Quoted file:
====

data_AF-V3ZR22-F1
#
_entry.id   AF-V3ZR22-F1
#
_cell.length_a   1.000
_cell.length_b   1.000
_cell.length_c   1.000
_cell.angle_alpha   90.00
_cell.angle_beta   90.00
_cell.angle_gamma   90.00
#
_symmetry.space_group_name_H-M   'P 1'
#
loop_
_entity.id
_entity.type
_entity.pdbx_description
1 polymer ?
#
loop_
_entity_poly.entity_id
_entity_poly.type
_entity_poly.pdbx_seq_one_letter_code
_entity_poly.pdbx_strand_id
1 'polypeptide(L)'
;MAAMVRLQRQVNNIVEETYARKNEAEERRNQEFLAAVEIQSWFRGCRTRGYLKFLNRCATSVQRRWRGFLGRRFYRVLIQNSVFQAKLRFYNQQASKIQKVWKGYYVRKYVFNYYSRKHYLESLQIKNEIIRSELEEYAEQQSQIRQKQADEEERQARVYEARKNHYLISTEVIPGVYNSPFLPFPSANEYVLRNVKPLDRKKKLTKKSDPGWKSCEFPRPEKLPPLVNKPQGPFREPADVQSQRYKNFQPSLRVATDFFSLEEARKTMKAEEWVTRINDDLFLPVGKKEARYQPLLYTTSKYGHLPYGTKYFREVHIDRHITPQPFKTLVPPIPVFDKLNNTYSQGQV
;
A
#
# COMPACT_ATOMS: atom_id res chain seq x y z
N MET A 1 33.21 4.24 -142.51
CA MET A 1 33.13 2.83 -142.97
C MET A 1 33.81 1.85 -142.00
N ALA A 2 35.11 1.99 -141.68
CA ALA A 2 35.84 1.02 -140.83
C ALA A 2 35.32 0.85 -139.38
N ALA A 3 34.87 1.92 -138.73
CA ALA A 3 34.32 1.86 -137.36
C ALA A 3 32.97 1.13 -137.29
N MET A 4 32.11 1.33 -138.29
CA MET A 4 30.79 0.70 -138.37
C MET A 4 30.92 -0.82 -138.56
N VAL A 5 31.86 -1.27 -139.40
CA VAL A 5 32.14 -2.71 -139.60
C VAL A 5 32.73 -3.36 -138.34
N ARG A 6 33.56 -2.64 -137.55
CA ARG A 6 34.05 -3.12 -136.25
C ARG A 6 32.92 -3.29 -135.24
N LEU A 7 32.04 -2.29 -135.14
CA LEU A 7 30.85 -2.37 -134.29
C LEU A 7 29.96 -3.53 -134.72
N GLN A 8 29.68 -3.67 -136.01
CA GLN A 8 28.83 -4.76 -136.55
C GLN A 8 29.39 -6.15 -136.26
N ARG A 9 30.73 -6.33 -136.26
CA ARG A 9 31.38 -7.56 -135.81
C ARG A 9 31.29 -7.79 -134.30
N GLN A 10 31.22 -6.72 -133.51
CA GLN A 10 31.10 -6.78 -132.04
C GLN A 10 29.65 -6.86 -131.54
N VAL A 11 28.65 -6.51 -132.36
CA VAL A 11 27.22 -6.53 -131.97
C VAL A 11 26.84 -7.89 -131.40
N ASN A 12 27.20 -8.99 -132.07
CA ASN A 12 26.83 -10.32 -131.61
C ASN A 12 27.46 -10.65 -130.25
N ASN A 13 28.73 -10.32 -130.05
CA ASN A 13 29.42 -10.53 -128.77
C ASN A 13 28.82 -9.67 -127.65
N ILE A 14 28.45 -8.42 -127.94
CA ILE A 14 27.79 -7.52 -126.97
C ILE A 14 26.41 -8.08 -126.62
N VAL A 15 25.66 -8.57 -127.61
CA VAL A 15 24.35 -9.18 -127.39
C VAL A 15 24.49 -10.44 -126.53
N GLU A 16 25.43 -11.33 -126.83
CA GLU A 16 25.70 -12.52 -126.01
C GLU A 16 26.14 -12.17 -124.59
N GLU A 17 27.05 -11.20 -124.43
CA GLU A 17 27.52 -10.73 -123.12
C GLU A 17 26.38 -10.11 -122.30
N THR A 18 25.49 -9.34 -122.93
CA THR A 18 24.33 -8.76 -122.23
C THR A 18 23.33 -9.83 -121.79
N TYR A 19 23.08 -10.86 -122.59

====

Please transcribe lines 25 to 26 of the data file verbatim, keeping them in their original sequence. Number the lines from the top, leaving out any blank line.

1 'polypeptide(L)'
;MAAMVRLQRQVNNIVEETYARKNEAEERRNQEFLAAVEIQSWFRGCRTRGYLKFLNRCATSVQRRWRGFLGRRFYRVLIQNSVFQAKLRFYNQQASKIQKVWKGYYVRKYVFNYYSRKHYLESLQIKNEIIRSELEEYAEQQSQIRQKQADEEERQARVYEARKNHYLISTEVIPGVYNSPFLPFPSANEYVLRNVKPLDRKKKLTKKSDPGWKSCEFPRPEKLPPLVNKPQGPFREPADVQSQRYKNFQPSLRVATDFFSLEEARKTMKAEEWVTRINDDLFLPVGKKEARYQPLLYTTSKYGHLPYGTKYFREVHIDRHITPQPFKTLVPPIPVFDKLNNTYSQGQV